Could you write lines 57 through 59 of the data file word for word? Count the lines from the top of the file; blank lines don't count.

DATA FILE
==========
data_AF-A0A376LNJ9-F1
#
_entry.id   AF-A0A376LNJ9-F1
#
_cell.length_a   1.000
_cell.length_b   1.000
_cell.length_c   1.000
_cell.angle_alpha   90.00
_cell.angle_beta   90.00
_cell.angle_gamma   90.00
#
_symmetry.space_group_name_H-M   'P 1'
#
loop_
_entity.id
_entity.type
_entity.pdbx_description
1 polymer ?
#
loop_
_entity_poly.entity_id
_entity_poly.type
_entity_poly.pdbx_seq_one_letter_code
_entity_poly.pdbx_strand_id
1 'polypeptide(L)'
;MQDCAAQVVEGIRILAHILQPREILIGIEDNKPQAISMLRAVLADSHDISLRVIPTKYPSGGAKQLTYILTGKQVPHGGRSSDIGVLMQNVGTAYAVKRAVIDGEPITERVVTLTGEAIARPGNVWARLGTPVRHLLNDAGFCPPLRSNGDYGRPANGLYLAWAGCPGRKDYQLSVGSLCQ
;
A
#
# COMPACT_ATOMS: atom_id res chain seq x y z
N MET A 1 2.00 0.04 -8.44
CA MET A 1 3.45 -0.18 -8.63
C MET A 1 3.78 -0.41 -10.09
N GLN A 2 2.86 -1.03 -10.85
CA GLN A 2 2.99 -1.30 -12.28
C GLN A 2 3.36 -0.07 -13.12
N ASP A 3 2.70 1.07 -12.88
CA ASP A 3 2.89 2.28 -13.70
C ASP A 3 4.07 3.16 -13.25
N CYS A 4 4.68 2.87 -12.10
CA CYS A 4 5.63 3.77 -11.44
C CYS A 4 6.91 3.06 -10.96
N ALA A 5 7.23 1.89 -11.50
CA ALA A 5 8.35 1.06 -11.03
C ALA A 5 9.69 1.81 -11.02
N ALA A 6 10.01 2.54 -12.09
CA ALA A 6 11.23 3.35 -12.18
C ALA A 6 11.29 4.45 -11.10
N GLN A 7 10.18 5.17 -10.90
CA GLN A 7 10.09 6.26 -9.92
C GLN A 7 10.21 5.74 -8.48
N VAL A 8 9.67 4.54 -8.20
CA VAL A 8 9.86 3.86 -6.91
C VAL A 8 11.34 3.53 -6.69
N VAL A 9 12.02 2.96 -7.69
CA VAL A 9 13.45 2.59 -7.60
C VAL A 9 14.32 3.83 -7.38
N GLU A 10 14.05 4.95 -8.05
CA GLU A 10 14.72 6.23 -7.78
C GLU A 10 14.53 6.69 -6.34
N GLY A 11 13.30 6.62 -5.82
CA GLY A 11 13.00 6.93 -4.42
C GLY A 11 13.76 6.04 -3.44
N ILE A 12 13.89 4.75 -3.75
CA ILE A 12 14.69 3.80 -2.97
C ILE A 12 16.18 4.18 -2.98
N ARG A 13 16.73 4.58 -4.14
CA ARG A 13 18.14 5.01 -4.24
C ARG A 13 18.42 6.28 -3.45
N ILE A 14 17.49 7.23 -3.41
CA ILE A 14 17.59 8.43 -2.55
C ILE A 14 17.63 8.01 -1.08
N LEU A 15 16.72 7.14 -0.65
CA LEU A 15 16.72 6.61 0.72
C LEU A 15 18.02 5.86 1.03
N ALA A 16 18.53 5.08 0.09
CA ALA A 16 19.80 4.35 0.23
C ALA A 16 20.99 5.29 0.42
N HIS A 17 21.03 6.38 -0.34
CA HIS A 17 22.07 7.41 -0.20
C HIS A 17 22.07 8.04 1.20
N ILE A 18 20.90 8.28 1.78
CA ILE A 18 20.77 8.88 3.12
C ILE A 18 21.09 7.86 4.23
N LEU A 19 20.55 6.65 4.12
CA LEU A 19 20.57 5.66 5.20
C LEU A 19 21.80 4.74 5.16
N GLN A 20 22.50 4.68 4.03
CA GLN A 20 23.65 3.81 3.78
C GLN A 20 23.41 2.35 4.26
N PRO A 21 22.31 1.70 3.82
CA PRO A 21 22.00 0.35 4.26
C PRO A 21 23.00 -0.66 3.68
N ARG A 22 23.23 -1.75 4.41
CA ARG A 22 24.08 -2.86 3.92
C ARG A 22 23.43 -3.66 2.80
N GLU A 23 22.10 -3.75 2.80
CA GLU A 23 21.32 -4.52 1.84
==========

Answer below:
C VAL A 9 14.32 3.83 -7.38
N GLU A 10 14.05 4.95 -8.05
CA GLU A 10 14.72 6.23 -7.78